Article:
Often, we worship those who least deserve it, and that is because we live in an upside-down world. We live in a world where external regard and renown are held up as the true measures of a person’s success. To be admired (or to be ‘known’) is proof-positive of one’s worth in the world. The fact that one has attained some level of fame is actually completely unconnected to whether or not one has any worth at all. In fact, as stated above, someone who is looked up to by many may actually be a monster.
One might say that this idea has little relevance to the average person. While it may be true that there are many famous and even admired people who are completely unworthy of the regard that others have for them, most of us do not fall into this category. Most of us are not worshiped for our fame. So why would this be important to us?
Actually, we deal with this idea all of the time. In fact, it affects us (even the most ‘spiritual’ among us) in ways that, while subtle, are far-reaching and deep.
How is this?
Think for a moment of how you order your life and goals: Let’s say you are an auto-mechanic. You may be earning enough to feed yourself, maybe even enough for your family as well. What is the thought that crosses your mind? “I need to become the shift manager, then the supervisor, then the person in the front office who tells others what to do. I need to be ‘important.’”
The same goes for the office worker. They may be comfortable in their little cubicle. Life isn’t great, but it isn’t all that bad either. They joke with their friend over the half-wall, they go out to lunch, occasionally they even gather for a beer after work with their buddies. They know the routine and they’ve learned to keep their head down and mostly avoid trouble. Yet, they do not feel valued. They feel as if they are not important. Life would have more meaning (they would be ‘somebody’) if they could only be one of the bosses.
Just in case you think that this still does not relate to you (as a person who is more refined, more sophisticated, or more artistically creative in your sensibilities), consider this: An artist creates – perhaps he or she plays a piece of music, paints a picture, writes a story. They enjoy it. The people around them enjoy it. Do they feel a sense of artistic satisfaction? Not always. They may instead be wondering why they are not featured in a gallery exhibit. Why their music does not have a record deal. Why their story is not in a nationally distributed magazine. Again, they are judging their worth as a creative human being based on fame and acclaim in the outside world. This way of thinking affects many, many artistically gifted human beings and causes them to devalue themselves and what they create.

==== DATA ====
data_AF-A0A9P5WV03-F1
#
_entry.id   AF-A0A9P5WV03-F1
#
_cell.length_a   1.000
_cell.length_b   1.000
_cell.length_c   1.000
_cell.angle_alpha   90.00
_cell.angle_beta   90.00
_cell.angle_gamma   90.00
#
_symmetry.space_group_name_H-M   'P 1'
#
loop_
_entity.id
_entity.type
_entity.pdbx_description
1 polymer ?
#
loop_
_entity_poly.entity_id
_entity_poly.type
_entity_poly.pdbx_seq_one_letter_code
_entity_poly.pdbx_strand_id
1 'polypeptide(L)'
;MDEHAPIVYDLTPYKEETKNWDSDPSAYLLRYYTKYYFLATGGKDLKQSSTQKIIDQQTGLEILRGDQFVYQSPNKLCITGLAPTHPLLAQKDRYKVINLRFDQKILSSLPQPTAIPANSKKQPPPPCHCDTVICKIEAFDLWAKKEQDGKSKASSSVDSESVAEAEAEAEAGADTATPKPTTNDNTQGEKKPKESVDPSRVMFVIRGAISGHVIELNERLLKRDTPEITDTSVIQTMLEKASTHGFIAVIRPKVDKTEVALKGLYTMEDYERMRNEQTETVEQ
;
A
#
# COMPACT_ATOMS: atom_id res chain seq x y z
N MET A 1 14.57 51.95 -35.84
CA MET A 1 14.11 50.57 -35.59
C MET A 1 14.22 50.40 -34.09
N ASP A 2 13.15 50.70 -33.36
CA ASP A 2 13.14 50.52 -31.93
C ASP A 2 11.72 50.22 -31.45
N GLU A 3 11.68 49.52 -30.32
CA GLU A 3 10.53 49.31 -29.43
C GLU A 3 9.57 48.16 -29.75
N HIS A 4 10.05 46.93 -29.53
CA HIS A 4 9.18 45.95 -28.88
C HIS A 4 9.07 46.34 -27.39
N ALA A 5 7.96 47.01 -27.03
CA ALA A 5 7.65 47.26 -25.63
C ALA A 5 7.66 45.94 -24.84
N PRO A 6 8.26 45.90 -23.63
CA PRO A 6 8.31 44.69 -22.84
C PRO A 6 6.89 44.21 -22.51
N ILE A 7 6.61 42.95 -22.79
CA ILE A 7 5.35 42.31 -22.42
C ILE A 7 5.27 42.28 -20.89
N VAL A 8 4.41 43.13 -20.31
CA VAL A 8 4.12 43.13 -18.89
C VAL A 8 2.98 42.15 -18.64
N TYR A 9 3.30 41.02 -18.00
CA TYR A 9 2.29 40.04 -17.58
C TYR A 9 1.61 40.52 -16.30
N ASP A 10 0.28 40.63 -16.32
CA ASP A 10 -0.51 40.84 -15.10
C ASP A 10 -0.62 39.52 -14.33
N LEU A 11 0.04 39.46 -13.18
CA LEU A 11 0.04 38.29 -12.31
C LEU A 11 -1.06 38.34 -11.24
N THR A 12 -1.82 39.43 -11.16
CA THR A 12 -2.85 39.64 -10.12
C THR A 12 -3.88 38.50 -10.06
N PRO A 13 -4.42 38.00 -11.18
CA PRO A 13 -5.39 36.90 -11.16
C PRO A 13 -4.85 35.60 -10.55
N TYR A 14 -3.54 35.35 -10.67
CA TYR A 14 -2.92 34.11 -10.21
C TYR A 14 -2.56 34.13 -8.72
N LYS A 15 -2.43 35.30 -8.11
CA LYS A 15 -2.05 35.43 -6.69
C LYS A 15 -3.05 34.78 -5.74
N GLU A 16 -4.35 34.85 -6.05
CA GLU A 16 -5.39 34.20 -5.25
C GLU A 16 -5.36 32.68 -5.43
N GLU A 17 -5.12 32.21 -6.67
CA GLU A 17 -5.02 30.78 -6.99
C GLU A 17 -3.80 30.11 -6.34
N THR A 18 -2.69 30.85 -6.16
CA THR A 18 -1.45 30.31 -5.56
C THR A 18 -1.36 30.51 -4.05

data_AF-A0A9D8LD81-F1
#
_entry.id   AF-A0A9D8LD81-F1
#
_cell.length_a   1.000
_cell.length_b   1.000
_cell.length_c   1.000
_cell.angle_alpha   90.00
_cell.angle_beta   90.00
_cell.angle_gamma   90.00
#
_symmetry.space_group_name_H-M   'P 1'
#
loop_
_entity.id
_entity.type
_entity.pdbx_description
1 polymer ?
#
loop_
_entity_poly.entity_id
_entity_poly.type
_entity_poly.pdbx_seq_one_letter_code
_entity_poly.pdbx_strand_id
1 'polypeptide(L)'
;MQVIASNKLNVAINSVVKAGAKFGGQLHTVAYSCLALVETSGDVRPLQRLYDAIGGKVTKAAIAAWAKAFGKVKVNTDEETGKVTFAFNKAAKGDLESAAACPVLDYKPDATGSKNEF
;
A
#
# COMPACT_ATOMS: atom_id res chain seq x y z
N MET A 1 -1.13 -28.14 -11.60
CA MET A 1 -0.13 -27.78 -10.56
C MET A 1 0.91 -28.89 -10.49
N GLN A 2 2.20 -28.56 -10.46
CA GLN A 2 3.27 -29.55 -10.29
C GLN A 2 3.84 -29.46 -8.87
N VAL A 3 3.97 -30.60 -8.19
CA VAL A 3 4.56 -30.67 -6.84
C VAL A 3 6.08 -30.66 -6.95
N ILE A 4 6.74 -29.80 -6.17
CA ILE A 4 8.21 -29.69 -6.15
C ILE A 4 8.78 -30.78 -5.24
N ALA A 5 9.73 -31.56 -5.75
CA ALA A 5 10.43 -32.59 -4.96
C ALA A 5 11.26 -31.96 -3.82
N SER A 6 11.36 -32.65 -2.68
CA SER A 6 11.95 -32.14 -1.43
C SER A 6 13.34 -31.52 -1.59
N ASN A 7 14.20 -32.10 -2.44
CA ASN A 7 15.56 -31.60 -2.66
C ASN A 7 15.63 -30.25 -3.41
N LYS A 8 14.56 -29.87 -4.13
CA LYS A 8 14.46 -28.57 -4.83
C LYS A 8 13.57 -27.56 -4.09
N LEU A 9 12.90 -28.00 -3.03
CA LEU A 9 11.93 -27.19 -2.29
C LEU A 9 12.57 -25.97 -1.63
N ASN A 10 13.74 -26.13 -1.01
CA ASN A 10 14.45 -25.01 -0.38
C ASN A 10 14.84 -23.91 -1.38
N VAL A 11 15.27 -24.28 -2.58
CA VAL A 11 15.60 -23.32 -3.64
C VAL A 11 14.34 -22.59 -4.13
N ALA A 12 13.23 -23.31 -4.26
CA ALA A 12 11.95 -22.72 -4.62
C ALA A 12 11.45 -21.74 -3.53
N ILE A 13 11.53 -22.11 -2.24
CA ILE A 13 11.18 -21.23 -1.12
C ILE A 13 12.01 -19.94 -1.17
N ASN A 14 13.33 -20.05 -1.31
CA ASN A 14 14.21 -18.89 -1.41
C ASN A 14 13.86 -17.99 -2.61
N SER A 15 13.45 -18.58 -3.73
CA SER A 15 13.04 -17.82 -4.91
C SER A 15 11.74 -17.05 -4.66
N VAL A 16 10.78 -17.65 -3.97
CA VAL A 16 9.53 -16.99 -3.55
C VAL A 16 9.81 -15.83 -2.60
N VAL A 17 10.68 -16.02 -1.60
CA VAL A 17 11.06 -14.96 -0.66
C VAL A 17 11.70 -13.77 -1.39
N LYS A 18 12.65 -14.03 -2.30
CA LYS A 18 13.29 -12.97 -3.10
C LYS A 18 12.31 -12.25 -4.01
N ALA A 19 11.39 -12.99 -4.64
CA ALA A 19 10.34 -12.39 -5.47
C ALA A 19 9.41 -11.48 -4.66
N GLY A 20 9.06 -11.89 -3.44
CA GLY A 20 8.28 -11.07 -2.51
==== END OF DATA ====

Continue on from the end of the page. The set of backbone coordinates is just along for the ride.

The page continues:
I don’t know about you, but I often find myself guilty of these thoughts. The more I try to stamp it out, the more it persists. At times like these I simply remind myself that we live in an upside-down world.
Maybe it’s time to combat this with a different perspective: Let’s take a moment to value real accomplishments, like the person who walks quietly through the world, considering the well-being of everyone they encounter. Someone who does not grasp for fame or adulation, or even power, because they do not see it as being the measure of their worth. Someone who does not measure others in this way as well, but instead values all people because of their inner greatness. There is greatness in us that is unrelated to whether we have ‘made it big’ in the world. There is greatness in people all around us – greatness that we may never take a moment to recognize because we are wearing the wrong glasses. We have been conditioned to look for and value the wrong things in this upside-down world.